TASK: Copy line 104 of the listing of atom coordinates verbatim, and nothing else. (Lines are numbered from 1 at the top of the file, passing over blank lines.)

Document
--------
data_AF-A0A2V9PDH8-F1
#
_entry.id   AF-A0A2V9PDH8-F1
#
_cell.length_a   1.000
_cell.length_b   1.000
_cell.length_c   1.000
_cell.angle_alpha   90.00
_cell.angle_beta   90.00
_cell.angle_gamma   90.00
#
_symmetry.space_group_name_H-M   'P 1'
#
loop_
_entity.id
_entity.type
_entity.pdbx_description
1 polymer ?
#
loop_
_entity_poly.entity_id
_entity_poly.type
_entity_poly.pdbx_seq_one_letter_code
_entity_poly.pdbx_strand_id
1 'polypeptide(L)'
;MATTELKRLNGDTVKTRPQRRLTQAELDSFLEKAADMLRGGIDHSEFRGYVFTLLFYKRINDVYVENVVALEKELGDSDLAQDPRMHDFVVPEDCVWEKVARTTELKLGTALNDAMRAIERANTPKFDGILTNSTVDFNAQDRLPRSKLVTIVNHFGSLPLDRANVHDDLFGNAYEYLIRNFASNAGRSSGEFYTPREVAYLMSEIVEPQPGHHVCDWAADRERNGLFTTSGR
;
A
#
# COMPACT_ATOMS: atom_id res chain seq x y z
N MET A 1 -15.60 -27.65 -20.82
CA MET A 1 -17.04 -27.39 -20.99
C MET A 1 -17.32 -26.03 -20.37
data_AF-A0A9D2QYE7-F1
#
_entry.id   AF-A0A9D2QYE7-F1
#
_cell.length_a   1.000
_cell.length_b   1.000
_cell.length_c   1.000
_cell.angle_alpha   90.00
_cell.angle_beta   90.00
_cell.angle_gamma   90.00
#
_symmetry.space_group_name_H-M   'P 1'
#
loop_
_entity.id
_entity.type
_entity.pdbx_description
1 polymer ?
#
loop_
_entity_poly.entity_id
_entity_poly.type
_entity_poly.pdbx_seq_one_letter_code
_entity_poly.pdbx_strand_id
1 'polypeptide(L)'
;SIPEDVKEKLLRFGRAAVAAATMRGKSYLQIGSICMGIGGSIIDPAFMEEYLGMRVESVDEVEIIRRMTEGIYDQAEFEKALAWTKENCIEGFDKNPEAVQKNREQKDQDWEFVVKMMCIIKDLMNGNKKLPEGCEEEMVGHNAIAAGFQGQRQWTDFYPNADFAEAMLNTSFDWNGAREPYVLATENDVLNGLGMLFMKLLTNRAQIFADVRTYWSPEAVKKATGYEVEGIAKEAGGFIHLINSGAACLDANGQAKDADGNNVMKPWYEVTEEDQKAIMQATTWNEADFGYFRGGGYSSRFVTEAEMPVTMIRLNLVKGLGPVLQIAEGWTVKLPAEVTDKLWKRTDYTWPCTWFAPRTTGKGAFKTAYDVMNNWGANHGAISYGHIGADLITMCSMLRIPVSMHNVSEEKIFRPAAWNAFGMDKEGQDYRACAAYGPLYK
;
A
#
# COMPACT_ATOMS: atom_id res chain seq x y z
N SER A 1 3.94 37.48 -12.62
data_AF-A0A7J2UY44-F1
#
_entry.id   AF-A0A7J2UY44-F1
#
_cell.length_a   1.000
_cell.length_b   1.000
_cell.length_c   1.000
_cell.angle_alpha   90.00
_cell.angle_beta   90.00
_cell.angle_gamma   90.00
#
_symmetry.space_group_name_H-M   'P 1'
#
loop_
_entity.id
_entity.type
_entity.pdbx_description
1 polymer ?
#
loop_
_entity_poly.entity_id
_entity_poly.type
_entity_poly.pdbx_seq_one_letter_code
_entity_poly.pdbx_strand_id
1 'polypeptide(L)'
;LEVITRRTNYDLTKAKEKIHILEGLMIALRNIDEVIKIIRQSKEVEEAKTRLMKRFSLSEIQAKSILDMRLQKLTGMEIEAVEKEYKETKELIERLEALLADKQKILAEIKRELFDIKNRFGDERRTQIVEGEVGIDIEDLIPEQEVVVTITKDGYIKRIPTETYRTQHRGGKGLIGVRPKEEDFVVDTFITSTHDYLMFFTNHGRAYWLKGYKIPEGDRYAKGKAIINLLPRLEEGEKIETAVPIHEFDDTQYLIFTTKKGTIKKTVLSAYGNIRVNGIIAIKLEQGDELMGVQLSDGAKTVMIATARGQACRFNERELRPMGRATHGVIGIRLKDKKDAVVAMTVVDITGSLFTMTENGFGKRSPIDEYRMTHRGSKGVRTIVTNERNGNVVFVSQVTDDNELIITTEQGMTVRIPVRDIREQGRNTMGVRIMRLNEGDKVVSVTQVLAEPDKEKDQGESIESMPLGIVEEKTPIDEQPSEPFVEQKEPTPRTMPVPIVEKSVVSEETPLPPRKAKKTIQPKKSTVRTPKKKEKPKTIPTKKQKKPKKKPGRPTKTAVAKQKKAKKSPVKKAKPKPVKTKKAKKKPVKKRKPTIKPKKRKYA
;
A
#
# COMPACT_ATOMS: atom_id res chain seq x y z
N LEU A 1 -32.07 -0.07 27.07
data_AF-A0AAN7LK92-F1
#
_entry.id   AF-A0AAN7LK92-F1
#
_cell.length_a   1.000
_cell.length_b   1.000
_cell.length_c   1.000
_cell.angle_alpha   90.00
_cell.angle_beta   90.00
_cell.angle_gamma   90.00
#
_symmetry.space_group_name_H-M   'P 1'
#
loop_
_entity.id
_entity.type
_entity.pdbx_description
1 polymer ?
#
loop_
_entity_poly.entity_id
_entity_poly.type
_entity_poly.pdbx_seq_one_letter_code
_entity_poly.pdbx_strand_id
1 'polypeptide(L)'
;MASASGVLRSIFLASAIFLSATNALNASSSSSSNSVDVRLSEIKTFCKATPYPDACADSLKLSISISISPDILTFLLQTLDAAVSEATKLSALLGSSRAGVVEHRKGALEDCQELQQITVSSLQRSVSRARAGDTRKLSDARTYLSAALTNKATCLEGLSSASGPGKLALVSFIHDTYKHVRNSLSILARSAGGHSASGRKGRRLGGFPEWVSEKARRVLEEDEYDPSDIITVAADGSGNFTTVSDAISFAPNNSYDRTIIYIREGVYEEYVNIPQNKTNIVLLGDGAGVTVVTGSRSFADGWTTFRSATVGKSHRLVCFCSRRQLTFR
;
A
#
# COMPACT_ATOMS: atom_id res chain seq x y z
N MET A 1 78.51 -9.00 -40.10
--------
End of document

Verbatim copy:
_cell.angle_beta   90.00